Today, April the 2nd, is World Autism Awareness Day. In fact, the entire month of April is designated as World Autism Awareness Month, aiming to help get people of all neurological builds to be aware of the developmental condition known as autism. It is thought to affect 1 in 68 people in the United States and 1 in 100 in the United Kingdom, where I’m based. So autism seems more common in the US than in the UK, and the reason it’s slightly less uncommon in the UK seems to be a mystery to me.
I live with autism myself. Autism and Asperger’s Syndrome (a similar condition) are often grouped together on a scale popularly called the ‘autism spectrum’. The autism I have is often termed as ‘high-functioning autism’, as many of my abilities are higher compared to people with severe autism, who often have great difficulty communicating properly and learn a lot slowly. However, many autistic people do not like this way of labelling autism based on abilities, as it can lead to unnecessary and unfair comparison of what one autistic person can do with what another cannot, which can then lead on to bullying and social ostracizing. Autism is a lifelong condition – it is not a disease and so cannot be cured. I get very sceptical whenever someone says that it can be cured.
Around the age of 2 (which is incidentally when I started drawing for the first time), my parents would notice that I would line up things such as video tapes and toys in a certain order, which is a common sign of autism and also possibly a connection with obsessive-compulsive disorder (OCD). They also noticed that I wasn’t talking that much – I didn’t start making full sentences until I was about 4 or 5 – and that I was always engrossed in playing with my toys and games or watching TV. Often these would become the subjects of my obsessive thoughts – I remember I used to watch Numbertime and Disney’s Sing-Along Songs countless times, often destroying beds by excessive jumping from excitement in the process. (My sister Melissa was born in 1997, two years after me. If one child in a family has autism, there is a 15% chance of their siblings also having the condition, but Melissa does not have it while I do.) I distinctly remember waking up early one morning to play music at a loud volume on the stereo while my parents and Melissa were still asleep; somehow they didn’t hear it, as they may have been in a deep sleep.
At primary school, I learnt at a normal pace, although I would sometimes be distracted and try to draw (this sort of habit led me to create the Adventure Advanced Gang in 2005) in an attempt to stop stress getting the better of me. Sometimes I would torment other children in the playground (when usually it would be the other way around) to try to draw attention to myself, and this would sometimes re-emerge at home with me trying to make Melissa’s life a misery with me trailing her around all the time.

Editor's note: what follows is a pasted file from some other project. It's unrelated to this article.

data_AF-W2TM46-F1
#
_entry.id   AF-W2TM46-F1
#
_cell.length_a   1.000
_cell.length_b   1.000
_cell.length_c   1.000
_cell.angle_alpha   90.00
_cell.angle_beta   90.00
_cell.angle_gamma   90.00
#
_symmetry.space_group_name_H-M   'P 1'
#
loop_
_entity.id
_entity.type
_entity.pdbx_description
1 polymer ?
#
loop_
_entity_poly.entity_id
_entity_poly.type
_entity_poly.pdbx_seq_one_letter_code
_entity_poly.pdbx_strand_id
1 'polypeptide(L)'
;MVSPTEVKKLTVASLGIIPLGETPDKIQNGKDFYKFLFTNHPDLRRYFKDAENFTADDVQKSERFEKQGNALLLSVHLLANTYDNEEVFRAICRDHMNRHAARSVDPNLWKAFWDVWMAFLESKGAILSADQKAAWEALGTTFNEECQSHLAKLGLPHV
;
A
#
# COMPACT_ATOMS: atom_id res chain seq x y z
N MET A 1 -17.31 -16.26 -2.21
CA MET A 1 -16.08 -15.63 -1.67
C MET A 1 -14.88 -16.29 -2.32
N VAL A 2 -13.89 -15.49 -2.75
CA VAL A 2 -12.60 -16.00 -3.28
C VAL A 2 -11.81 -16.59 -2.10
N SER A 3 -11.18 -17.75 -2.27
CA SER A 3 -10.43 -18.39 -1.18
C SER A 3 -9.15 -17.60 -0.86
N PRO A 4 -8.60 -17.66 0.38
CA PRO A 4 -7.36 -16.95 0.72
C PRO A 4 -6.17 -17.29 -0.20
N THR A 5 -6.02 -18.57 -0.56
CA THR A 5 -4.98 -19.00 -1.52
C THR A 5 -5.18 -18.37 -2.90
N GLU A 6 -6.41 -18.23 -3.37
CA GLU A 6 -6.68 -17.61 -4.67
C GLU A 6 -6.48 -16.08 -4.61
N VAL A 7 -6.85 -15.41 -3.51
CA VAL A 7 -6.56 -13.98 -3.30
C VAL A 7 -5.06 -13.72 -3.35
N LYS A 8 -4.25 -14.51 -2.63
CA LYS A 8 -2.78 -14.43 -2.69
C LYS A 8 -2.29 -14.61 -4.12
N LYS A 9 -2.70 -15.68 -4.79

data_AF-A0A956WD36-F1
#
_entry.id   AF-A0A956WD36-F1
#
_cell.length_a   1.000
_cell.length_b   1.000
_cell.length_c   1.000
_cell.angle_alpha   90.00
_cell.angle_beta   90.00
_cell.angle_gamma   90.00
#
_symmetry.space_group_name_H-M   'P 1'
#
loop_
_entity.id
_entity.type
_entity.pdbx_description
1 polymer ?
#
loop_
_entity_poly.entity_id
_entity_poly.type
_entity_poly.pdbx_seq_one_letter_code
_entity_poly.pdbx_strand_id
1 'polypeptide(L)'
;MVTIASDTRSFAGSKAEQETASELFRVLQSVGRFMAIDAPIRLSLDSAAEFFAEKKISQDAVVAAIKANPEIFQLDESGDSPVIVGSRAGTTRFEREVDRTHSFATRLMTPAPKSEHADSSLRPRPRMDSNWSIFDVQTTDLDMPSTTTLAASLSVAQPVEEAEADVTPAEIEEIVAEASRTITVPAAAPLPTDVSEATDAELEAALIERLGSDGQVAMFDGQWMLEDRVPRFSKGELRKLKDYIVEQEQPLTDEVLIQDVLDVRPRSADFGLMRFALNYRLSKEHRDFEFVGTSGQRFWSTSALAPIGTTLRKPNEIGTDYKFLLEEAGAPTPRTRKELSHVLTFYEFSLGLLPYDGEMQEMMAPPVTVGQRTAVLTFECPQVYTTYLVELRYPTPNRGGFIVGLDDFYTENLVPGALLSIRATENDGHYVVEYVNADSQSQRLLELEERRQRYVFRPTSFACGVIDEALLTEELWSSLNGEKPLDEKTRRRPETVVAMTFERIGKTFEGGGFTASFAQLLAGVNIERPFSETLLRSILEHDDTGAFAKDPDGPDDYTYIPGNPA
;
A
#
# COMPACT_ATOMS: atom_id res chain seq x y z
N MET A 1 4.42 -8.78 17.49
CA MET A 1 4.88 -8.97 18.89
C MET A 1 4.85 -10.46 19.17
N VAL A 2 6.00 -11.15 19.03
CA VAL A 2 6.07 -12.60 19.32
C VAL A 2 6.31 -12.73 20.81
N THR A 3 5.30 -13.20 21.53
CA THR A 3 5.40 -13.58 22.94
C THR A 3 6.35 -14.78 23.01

Moving to Colombia only worsened my erratic habits and behaviour – I actually started regressing in my education as the stress of moving to a new, unfamiliar place became too much for me to handle. So we moved back to England almost two years later, and the pain of re-adjusting to a new life in London continued into the first few months of secondary school, with me practically bringing down the school in fits of rage and uncontrollable stress. Luckily for both myself and my family, I eventually got my act together and started to improve my behaviour, working hard towards my GCSEs. It is during this time that I created some of my most successful series – Britain Boys, American Boys and finally Canadian Boys, which I’m still wildly working at today thanks to my passion of Canada which just keeps on growing.
Today, I’m at university hoping to graduate with a Bachelor’s Degree in Digital Media this July, and of course still working at my creative talents on a regular basis. I always like to look at the positives of autism rather than the negatives (so in Inside Out, I’m more like Joy rather than Sadness), so having a strong passion for something – in this case, art and Canada – helps me focus on my long-term dreams of living in Canada and establishing my own animation studio, Surfing the Sea (which is why I’ve named my blog that), in the hopes of becoming the next Disney/Pixar or DreamWorks. I want to be the female Steve Jobs – a lifelong computer geek (I started using computers at the mere age of 5!) and a huge animation enthusiast!
So while autism of course has its challenges and can often take a very long time to be diagnosed (I was officially given my diagnosis of autism when I was 14, 12 years after I was first suspected to have it), people should also accept autism as a lifelong condition which cannot be cured, and appreciate the differences and talents those on the autism spectrum have. Albert Einstein and Isaac Newton, two famous scientists, are often thought to have had some form of autism due to their amazing genius, as are Bill Gates (the former boss of Microsoft and now a philanthropist) and even Steve Jobs to some extent. Boys are more likely than girls to have autism, but Temple Grandin (scientist and advocate for autism) and Jessica-Jane Applegate (Paralympic athlete who won a gold medal in swimming at the 2012 London Games) are two famous names who just so happen to be women living with autism or Asperger’s syndrome. As am I.
While it’s important that people should be aware of autism, they should also respect those who live on the spectrum and see the person before the disability. I therefore not only propose that April should be World Autism Awareness Month, but also World Autism Acceptance Month – and every day, not just the 2nd of April, should be a World Autism Awareness & Acceptance Day.